NEW YORK - The last unidentified remains of people killed in the 2001 crash of an American Airlines flight to the Dominican Republic have been placed in two crypts, officials said Saturday.
Families of the 265 victims of the crash in the quiet neighborhood of Belle Harbor, Queens, were invited to a dedication ceremony today at Woodlawn Cemetery in the Bronx, said Susan Olsen, a cemetery official.
Olsen said the unidentified remains, in four caskets, were entombed Friday at a mausoleum in the cemetery.
The bodies of all the crash victims had been identified, but the medical examiner's office was left with some remains that could not be matched, said Ellen Borakove, a spokeswoman for the medical examiner.
She said that to her knowledge, these remains - 889 bone fragments and other pieces - were the last from Flight 587.
The cemetery space was purchased by the city.
Flight 587 crashed in the Belle Harbor neighborhood after taking off from John F. Kennedy International Airport. Many of the victims were Dominican-born New York residents on their way to visit the country.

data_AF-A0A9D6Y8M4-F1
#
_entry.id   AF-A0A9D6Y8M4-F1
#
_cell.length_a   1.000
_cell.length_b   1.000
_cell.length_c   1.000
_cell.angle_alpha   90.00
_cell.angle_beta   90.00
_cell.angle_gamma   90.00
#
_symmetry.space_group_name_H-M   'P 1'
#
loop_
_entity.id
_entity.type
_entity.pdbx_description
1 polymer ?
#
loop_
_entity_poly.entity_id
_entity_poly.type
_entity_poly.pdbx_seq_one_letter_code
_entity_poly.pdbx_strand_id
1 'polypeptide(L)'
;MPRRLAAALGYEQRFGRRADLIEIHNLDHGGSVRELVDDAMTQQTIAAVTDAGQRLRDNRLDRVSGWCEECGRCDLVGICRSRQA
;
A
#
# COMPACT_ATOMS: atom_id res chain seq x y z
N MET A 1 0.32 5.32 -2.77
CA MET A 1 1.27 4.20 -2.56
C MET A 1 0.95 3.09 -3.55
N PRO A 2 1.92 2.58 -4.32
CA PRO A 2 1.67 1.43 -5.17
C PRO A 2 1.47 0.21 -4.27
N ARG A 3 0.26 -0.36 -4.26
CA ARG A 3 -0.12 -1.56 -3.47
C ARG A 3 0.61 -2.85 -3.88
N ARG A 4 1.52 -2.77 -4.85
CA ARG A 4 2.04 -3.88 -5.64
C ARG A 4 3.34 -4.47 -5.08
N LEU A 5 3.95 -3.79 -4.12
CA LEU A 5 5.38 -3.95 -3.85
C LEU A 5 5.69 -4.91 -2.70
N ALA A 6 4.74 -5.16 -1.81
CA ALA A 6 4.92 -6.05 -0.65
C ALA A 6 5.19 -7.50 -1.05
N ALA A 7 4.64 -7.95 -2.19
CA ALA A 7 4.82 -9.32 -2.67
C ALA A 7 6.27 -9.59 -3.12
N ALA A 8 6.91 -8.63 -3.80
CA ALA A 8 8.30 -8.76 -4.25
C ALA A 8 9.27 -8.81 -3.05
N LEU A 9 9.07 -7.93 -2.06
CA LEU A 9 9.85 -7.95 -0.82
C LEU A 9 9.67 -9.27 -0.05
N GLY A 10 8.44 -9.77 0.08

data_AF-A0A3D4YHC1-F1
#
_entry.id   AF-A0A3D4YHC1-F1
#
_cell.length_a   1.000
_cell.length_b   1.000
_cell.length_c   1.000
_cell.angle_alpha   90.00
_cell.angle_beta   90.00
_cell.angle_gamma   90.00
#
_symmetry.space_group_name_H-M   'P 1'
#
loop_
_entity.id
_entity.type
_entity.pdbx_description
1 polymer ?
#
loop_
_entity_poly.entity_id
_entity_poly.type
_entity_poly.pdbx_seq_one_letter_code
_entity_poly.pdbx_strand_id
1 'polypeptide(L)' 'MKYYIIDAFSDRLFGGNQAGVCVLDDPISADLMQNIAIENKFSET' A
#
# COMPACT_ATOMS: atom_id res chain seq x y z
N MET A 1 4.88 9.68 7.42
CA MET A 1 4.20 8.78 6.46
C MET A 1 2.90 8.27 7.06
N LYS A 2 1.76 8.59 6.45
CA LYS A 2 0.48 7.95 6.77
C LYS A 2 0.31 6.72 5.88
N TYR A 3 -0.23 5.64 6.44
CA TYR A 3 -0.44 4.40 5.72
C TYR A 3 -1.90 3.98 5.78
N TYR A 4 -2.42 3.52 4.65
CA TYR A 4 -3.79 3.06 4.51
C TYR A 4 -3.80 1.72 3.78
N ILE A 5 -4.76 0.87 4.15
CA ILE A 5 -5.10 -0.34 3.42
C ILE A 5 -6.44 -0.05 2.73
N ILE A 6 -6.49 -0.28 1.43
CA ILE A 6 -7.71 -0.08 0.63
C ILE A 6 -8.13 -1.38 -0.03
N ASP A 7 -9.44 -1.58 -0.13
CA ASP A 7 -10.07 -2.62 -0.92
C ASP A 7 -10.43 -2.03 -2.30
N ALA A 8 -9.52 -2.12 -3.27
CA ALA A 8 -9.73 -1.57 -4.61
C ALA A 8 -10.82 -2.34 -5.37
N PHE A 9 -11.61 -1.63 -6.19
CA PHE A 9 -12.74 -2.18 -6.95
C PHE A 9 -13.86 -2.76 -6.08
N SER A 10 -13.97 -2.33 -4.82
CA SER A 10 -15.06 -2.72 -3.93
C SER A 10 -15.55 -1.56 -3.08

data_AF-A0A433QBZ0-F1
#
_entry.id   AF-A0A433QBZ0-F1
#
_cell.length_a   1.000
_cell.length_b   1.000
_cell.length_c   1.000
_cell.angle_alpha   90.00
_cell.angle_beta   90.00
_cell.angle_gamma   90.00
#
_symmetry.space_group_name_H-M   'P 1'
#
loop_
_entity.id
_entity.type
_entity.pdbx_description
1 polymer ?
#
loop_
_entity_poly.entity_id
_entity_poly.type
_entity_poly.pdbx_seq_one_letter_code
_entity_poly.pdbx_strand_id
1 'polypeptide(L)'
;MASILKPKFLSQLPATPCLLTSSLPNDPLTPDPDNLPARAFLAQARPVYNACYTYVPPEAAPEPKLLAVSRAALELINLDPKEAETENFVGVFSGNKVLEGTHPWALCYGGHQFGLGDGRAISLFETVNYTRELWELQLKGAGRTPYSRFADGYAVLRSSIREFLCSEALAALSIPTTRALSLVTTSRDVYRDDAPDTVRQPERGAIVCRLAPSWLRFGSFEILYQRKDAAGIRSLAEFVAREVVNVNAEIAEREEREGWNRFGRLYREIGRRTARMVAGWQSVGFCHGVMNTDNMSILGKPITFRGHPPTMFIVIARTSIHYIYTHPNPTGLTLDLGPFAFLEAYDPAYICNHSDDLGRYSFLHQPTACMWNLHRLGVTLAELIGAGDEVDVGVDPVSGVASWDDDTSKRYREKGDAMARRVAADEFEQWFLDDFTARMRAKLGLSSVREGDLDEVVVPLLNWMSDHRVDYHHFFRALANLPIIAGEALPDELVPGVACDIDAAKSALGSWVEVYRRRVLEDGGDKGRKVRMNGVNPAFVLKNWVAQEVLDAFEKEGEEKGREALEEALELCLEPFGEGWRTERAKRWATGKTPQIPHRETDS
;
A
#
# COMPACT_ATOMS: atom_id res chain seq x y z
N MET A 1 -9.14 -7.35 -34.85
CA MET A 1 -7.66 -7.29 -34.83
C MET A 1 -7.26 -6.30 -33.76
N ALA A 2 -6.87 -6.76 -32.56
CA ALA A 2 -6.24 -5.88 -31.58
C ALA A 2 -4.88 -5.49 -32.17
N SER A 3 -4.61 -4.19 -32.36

The Nov. 12, 2001, crash killed 260 people on board and five people on the ground, rattling a city still shaken by the attacks on the World Trade Center just two months earlier.
The National Transportation Safety Board determined that part of the tail assembly of the Airbus A300 had fallen off, and it blamed pilot error, inadequate pilot training and overly sensitive rudder controls.
In November, on the fifth anniversary of the crash, Mayor Michael Bloomberg dedicated a memorial wall bearing the victims' names and overlooking the ocean about 15 blocks from the crash site. The $9.2 million memorial was funded with private and public money. AP-CS-05-05-07 2014EDT
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